Alabama editorial roundup
Recent editorials from Alabama newspapers:
Montgomery Advertiser on nepotism policies and former Auburn University softball coaches Clint Myers and his son Corey Myers:
Auburn should have just followed the law and its own hiring policies. If the university did, it likely wouldn’t be in the mess it is with the softball team.
But like so many laws in Alabama, loopholes exist in the nepotism rules. Auburn took advantage and could face penalties far larger for its athletics department after Auburn coach Corey Myers was accused of having improper relationships with the players. The head coach was his father, Clint Myers.
The state since 1963 has had a nepotism law, the statute that prevents someone hiring a relative within four degrees of blood relation into a state position. The relative cannot be the immediate supervisor or in the chain of command over the employee for hiring, firing, evaluation or discipline of the relative.
Auburn’s own policy says, “No person will be hired, either as a regular or temporary employee, for a position over which a member of the employee’s immediate family exercises supervisory or managerial authority.”
So Corey Myers is Clint Myers’ son. Corey Myers is accused of doing some rotten stuff while he was a coach. Corey resigned. Clint retired. And the university is in a big ol’ mess.
So who was managing Corey Myers? By law and university policy, it couldn’t be Clint Myers. The elder Myers could not supervise him.
When Advertiser reporter Matthew Stevens asked the Auburn athletic department how Corey Myers could be hired, given the law and university policy, they said, “It is not unusual in athletic programs around the country, including in the state of Alabama, to have family members coaching together.”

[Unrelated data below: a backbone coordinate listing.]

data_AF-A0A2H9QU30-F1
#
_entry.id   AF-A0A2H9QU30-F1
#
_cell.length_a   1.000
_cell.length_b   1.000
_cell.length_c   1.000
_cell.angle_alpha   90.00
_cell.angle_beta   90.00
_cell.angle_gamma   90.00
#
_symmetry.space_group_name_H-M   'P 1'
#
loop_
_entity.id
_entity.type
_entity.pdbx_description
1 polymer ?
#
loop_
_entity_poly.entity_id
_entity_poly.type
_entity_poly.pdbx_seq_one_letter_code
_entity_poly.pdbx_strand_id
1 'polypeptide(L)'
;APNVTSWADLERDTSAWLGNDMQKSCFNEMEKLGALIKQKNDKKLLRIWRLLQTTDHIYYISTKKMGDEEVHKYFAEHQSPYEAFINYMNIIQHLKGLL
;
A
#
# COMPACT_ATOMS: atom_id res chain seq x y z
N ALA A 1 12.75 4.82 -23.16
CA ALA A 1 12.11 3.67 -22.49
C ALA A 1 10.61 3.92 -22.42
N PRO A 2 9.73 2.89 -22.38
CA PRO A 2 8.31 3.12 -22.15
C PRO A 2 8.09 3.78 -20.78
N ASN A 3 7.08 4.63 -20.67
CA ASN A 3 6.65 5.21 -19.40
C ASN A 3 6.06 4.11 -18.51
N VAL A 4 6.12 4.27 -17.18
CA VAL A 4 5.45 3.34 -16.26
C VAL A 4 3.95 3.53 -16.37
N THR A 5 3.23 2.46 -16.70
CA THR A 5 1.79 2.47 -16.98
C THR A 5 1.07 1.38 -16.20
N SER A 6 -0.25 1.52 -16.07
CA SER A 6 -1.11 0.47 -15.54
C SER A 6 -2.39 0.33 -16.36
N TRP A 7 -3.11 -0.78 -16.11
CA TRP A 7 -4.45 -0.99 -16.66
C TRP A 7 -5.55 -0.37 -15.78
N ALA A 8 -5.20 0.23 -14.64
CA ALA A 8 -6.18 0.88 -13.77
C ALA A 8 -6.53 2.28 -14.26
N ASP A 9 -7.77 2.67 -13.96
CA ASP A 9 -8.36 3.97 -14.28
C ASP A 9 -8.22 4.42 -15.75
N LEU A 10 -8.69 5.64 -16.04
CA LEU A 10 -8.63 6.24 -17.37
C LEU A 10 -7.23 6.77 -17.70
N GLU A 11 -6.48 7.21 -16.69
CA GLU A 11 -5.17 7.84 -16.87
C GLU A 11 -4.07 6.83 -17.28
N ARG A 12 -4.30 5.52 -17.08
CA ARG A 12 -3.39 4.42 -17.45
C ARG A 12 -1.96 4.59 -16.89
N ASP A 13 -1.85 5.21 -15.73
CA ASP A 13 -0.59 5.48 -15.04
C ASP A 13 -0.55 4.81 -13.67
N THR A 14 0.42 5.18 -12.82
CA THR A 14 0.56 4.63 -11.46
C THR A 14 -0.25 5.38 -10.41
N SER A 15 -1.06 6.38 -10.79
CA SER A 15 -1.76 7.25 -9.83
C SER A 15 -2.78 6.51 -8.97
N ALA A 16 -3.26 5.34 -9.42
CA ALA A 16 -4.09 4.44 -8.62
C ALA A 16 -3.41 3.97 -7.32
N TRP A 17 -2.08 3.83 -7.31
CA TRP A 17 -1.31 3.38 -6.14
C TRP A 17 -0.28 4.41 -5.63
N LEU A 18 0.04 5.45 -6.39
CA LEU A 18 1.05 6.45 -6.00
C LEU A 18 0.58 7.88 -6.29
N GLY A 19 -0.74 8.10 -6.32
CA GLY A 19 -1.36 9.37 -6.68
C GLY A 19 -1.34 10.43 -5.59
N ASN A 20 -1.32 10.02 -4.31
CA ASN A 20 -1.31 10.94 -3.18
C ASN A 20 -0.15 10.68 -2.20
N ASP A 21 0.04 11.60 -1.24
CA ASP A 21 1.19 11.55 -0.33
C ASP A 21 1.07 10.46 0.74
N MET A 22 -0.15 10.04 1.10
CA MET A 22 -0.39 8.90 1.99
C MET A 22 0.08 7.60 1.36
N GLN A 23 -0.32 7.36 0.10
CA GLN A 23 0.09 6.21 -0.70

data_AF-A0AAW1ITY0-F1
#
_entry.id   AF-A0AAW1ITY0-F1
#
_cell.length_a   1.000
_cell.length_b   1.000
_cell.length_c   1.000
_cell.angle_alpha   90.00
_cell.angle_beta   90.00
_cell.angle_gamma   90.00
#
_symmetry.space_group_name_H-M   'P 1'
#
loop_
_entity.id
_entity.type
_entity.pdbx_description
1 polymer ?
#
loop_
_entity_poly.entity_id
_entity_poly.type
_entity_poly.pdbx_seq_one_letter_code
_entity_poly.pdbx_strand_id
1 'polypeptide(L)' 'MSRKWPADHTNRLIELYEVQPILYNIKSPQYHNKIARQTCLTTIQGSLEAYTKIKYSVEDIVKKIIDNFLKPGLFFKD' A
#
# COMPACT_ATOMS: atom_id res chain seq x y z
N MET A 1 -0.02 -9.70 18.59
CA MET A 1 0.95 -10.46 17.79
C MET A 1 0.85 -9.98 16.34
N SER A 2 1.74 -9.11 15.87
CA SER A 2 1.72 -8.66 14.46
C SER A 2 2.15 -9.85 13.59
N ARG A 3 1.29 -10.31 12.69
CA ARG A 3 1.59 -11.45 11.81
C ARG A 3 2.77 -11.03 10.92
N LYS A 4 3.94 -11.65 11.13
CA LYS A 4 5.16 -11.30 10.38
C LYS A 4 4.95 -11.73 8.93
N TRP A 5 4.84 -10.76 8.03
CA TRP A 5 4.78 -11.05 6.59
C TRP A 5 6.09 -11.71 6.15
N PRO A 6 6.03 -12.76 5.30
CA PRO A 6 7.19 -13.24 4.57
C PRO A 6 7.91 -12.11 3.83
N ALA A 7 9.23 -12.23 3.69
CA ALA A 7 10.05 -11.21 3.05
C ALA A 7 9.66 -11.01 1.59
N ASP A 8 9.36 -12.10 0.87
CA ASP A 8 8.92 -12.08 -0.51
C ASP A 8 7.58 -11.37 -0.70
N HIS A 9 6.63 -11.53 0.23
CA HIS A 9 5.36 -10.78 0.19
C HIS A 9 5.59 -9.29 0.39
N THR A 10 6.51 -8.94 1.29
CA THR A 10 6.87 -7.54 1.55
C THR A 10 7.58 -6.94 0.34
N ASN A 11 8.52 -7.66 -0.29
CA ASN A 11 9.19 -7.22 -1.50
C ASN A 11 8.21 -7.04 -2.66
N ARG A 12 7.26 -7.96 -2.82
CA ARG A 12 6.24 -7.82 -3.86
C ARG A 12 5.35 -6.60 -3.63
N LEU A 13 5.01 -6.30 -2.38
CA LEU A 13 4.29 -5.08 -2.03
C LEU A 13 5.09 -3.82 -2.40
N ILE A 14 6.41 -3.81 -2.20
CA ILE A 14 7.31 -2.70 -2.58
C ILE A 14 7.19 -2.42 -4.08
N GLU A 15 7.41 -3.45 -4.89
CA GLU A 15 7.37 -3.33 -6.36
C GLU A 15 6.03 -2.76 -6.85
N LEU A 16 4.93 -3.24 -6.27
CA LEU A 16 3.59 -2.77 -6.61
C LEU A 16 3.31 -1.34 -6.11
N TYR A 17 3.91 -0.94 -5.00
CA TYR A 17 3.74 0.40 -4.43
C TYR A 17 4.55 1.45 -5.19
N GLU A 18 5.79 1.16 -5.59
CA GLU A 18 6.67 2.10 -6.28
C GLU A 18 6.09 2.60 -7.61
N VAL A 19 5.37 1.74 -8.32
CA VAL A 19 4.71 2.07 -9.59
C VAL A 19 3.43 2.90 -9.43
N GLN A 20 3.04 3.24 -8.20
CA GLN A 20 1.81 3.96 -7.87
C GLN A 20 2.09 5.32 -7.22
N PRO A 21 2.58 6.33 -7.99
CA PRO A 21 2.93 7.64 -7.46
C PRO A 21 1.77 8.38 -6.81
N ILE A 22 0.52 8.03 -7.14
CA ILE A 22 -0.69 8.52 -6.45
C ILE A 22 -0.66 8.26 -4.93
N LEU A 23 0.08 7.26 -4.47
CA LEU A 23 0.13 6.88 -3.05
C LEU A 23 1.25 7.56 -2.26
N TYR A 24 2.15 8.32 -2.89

That’s a borderline hilarious statement and similar to one you’ve probably made with police officers when you were pulled over on the highway: “Officer, it wasn’t just me. Everyone was speeding, too.”
Here’s the legal argument the school can make though, Alabama law professor Susan Pace Hamill told Stevens: Corey Myers didn’t report to his father. All human resource actions were done by a different supervisor. She also said that argument is malarkey at best and ridiculous in practice.
The man who oversaw the softball program — nearly every piece and made it so successful — in this argument had no managerial authority over an assistant coach.
So when the softball team was on the road, who made sure Corey Myers was keeping his relationship “appropriate” with the players, if the accusations are true? Was Clint Myers making sure Corey Myers was coming back from the bed checks at an appropriate time or was HR doing that?
Nepotism laws exist to make sure no one is favored over another because they are relatives. A lot of times it’s to prevent someone profiting off public money just because the boss is Dad or Mom.
They also exist to make sure that when low-down, incredibly inappropriate things happen, everyone has a professional relationship, and the discipline is cut and dry. They are there so no one can say, “Ah Dad, I was just horsing around. Promise, I won’t do it again.” And so Dad doesn’t say, “All right son, I trust you.”
There are other coaches with their relatives working for them in this state. Bruce Pearl’s son Steven works for (we mean, “with”) him on the Auburn men’s basketball staff. Alabama women’s basketball coach Kristy Curry has her husband, Kelly, on her staff.
Everything about the hiring process of Corey Myers may have been legal — and that’s up to interpretation — but it’s certainly not ethical. It’s disgusting, and if the Title IX complaint by a former player is true, Auburn should be ashamed.
It’s up to the state now to make sure everyone follows the law as it was meant and not how it is interpreted for college sports programs.
Opelika-Auburn News on the death of a 3-year-old girl who drowned in a grease pit:
The first recognition of tragedy with a grease pit comes from the Oct. 14 death of 3-year-old angel Sadie Grace Andrews of Auburn.
The second recognition of tragedy with a grease pit comes from the realization that this has happened before with other children, meaning prevention efforts, awareness and education should have prevented Sadie’s death and that of any other child similarly lost in recent years.